Ended up using 3/16 v-notch trowel. As recommended by the guy at lowes. That said, he said I might want to go up to 1/4 if I was using the "custom" mortar (which I think is more like mastic?) vs the premium mortar.
I did use a wetsaw like this:
the stone cut very easily as long as I went slow. The nice thing about the simple tabletop wetsaw is that it made it very easy to cut and grind individual pieces. That said, it did make a mess so I was happy that the weather allowed me to use it in the garage.
After sawing I sprayed each piece clean and let it dry for a bit while I was putting up the mortar. One of those pump cans that you pump some pressure into ahead of time would have worked, but since I couldn't find mine, I ended up filling my wagner power painter with water and used that. Either way I'm glad I did that - I think it was more effective/less messy that cleaning them once they were on the wall.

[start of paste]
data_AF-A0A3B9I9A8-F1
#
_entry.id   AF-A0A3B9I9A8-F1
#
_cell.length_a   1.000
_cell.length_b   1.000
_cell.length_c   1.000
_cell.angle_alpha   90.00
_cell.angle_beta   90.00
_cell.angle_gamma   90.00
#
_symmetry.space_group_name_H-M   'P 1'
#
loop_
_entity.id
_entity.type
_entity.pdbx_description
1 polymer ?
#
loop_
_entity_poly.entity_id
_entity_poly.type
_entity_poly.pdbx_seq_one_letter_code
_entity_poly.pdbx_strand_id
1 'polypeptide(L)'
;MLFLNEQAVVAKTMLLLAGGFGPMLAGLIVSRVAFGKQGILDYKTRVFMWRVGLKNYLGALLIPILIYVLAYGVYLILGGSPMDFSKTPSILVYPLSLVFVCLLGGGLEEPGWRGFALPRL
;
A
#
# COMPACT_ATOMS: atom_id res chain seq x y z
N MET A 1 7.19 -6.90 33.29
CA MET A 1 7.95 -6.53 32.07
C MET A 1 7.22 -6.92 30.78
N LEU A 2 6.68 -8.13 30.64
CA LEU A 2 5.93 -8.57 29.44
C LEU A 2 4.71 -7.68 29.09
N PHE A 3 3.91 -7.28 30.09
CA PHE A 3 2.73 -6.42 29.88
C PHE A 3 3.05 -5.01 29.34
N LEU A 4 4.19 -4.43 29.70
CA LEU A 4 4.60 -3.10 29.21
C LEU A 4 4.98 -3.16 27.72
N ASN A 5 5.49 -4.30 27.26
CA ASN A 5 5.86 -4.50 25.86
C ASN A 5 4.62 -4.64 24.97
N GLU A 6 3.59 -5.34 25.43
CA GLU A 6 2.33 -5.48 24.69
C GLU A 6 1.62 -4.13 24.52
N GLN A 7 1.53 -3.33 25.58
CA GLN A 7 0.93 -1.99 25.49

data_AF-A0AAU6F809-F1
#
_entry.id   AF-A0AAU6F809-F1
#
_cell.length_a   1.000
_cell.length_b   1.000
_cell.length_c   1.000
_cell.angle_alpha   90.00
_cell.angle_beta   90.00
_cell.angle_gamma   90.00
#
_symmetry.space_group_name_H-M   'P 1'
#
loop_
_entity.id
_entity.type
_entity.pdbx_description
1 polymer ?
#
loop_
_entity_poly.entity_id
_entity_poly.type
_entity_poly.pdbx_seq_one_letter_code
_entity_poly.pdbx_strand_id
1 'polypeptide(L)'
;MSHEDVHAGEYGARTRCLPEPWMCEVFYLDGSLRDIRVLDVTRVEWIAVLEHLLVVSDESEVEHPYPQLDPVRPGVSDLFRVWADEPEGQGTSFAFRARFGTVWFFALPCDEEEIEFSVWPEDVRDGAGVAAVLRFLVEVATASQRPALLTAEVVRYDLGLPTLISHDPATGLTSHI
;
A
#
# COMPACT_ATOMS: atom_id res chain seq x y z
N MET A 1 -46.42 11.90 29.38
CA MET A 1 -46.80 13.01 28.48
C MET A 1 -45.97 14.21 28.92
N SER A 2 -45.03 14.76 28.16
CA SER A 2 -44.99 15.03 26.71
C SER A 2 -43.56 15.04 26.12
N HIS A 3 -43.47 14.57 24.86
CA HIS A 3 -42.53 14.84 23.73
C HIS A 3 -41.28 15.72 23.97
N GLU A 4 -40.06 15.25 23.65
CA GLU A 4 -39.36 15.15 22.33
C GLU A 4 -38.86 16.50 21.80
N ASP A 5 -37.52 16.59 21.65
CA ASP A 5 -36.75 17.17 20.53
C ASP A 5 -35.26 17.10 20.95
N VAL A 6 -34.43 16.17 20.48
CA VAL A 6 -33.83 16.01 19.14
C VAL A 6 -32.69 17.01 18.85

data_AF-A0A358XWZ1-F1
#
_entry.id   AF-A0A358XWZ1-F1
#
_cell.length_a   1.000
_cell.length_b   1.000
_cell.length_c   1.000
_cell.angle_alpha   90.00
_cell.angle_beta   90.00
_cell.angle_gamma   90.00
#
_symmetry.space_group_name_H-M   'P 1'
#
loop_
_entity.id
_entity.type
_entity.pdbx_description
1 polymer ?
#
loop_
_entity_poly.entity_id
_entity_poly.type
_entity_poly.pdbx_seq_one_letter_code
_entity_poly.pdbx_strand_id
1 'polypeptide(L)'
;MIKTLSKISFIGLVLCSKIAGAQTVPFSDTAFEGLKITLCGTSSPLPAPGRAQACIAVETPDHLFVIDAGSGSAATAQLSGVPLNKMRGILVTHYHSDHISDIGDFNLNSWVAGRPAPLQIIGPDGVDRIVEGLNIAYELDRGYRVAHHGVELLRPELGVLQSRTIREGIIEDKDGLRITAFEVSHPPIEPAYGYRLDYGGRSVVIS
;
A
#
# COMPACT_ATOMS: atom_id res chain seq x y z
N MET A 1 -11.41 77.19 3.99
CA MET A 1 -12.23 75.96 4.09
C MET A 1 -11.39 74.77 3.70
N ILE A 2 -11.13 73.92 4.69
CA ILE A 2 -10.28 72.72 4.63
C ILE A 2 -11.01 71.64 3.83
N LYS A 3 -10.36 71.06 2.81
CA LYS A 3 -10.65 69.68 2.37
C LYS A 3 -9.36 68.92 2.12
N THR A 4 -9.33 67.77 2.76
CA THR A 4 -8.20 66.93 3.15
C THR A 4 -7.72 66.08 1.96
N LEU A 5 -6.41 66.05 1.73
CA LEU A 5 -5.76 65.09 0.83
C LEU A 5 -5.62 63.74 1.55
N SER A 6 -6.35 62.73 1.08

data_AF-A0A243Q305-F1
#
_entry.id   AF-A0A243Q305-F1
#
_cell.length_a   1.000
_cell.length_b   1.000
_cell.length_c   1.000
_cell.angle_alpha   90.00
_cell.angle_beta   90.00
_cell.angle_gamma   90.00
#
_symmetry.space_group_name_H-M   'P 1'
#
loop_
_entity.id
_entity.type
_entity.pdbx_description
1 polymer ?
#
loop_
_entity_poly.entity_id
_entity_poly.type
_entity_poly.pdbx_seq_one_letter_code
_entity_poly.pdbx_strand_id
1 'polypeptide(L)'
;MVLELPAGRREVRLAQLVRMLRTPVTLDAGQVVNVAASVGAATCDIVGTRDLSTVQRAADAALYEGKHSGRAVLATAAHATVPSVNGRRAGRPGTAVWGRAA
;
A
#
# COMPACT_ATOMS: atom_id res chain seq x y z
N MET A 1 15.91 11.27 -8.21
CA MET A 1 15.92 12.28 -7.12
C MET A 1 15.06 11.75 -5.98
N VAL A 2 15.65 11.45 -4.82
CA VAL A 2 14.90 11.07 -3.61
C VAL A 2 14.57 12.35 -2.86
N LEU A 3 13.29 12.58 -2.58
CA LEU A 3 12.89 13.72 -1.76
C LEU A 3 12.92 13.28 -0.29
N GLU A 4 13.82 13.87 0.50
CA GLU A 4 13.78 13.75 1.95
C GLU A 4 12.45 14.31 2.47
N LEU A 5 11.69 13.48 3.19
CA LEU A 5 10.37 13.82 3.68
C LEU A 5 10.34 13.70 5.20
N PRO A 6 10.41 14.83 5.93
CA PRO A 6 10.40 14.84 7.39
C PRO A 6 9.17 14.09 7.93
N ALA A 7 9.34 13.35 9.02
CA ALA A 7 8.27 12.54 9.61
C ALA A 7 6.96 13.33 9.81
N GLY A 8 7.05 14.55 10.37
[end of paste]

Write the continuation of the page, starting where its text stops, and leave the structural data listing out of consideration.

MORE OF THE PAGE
I found some straight 1x2s that worked great for holding up the floating areas. It is debatable whether I needed them to avoid sag - but they were great to make sure things were level.
I also got a rubber mallet and a scrap piece of the 1x2 for taping the sheets together to make the seams disappear
I also had an old padded drywall sander that I used to push on the tiles into the mortar for more even pressure.
Other tips are make sure you take a quick look at the seams before you move on to the next sheet. slightly moving a couple of stones can make all the difference in avoiding a zipper look.